"Huh?" you say. That doesn't sound like worship; that sounds like stuff you do outside the sanctuary, something you do in daily life, not on Sunday (or the Sabbath). The prophet of God would likely respond, "That's the point exactly!"
We're going to run into this again in the passage this coming Sunday. It seems that worship and ritual done in a sanctuary aren't such a priority for God, not the way we have made it. As that applied to God's people in Micah's time, we might be disturbed to find how directly applicable it is for us today. And confusing.
You might call it "flipping the script." As God's people always have, we ask: 'How can I praise, glorify, and honor God?' That took the form in Judaism of sanctuary worship, offerings and sacrifices, keeping sacred feast days, fasting and prayer, and a whole lot more. Yet according to Micah (and other prophets), that really isn't the best way to praise, glorify, and honor God. Hmm.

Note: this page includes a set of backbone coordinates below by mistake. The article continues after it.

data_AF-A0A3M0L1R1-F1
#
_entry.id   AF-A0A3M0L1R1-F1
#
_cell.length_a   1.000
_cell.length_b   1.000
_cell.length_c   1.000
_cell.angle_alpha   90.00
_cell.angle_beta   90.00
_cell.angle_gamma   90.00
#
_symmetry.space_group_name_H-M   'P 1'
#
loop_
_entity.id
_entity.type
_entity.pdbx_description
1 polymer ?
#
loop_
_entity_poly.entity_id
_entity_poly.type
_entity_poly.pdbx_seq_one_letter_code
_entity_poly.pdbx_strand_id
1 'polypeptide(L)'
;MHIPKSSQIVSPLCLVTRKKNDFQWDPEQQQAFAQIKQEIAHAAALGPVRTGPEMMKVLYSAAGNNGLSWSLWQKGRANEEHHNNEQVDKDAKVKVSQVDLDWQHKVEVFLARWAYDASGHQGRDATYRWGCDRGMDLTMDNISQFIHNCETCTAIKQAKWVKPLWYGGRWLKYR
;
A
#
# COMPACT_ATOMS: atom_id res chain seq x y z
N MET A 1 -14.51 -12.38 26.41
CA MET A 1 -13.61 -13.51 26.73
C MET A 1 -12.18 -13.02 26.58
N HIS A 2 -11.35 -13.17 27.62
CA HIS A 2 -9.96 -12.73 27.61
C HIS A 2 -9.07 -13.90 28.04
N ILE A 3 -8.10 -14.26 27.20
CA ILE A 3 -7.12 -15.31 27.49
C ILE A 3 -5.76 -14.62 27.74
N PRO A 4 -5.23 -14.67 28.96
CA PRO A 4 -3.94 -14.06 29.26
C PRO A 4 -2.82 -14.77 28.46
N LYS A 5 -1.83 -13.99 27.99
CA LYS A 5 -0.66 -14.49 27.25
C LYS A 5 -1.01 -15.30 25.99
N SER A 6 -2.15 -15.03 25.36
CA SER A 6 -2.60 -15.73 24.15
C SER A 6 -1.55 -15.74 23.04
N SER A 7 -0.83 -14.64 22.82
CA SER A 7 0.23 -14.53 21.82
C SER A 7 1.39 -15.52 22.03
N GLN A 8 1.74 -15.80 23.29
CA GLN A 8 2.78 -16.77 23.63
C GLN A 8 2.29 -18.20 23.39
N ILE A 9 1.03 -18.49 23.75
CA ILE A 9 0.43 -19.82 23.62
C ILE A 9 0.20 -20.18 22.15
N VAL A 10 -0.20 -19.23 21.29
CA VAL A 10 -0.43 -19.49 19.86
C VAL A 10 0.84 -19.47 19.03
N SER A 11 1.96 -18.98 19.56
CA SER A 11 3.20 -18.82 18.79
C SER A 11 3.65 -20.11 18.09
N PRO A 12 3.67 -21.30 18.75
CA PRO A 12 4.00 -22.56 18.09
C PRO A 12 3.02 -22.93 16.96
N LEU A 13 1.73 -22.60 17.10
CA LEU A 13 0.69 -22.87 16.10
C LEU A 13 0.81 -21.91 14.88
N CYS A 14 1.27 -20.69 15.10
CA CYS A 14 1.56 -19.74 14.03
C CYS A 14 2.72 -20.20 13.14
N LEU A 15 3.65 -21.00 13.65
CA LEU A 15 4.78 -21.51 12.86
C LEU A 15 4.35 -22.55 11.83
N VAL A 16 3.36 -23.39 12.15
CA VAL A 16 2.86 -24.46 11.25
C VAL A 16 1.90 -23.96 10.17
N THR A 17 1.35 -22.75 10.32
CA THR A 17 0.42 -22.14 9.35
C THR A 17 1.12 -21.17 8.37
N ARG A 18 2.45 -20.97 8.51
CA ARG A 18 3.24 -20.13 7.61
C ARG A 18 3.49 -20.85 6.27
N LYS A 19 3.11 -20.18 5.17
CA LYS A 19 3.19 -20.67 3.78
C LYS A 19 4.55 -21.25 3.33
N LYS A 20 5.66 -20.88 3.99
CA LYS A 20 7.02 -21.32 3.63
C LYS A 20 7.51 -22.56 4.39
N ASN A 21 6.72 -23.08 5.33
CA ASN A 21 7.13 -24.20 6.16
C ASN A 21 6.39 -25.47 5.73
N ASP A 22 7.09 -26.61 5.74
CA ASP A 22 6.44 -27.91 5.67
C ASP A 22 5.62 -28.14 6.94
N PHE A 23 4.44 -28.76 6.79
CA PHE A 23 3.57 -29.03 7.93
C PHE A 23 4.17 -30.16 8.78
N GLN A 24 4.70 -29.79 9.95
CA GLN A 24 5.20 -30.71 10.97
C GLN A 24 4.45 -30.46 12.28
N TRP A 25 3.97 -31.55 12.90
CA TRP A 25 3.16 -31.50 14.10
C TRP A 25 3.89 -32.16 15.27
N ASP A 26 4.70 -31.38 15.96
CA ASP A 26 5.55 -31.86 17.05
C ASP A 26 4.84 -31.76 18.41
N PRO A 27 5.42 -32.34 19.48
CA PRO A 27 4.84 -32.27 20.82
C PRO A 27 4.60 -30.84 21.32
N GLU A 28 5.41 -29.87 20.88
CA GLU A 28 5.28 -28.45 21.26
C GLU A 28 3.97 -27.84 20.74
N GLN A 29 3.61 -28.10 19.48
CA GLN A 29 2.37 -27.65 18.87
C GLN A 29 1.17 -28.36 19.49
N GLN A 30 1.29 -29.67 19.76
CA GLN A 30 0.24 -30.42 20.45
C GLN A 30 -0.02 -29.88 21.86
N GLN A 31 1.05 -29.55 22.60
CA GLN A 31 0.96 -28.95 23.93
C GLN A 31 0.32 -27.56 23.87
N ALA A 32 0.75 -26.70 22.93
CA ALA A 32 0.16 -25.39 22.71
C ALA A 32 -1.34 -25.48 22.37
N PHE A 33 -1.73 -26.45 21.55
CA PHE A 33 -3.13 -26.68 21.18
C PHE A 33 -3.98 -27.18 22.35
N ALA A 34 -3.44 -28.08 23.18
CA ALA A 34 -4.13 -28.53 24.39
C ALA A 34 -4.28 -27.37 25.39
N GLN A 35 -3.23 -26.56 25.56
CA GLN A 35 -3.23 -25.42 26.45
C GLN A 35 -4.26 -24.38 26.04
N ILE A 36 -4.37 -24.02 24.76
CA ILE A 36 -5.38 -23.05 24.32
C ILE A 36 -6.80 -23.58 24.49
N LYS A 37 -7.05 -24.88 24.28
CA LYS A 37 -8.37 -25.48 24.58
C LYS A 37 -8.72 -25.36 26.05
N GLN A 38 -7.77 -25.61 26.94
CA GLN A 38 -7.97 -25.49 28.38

With that worship theme (or question) in mind, take a look at the Beatitudes beginning Matthew 5. We all know the formula, "Blessed are ..., for they shall be blessed in ...." Like "Blessed are the peacemakers," like the Orthodox priest pictured above ministering for peace between opposition and government forces facing off in Kiev during the Ukrainian Revolution in 2014. Since worship is so central to everything we do in the church, we ought to ask where worship fits in here. Isn't there a Beatitude for "Blessed are the people who go to church every Sunday"? Er, no.
Of course, all of the Beatitudes show Jesus 'flipping the script' every time. Could it be that the Beatitudes themselves are 'flipping the script' on a worship-obsessed religious practice, like Micah, that really has nothing to do with what God wants?
Juicy, challenging questions here! You better check out the sermon video below (and the downloads below the video panel) and get ready for next week's sermon when we once again pick up this thread about worship and what God really wants.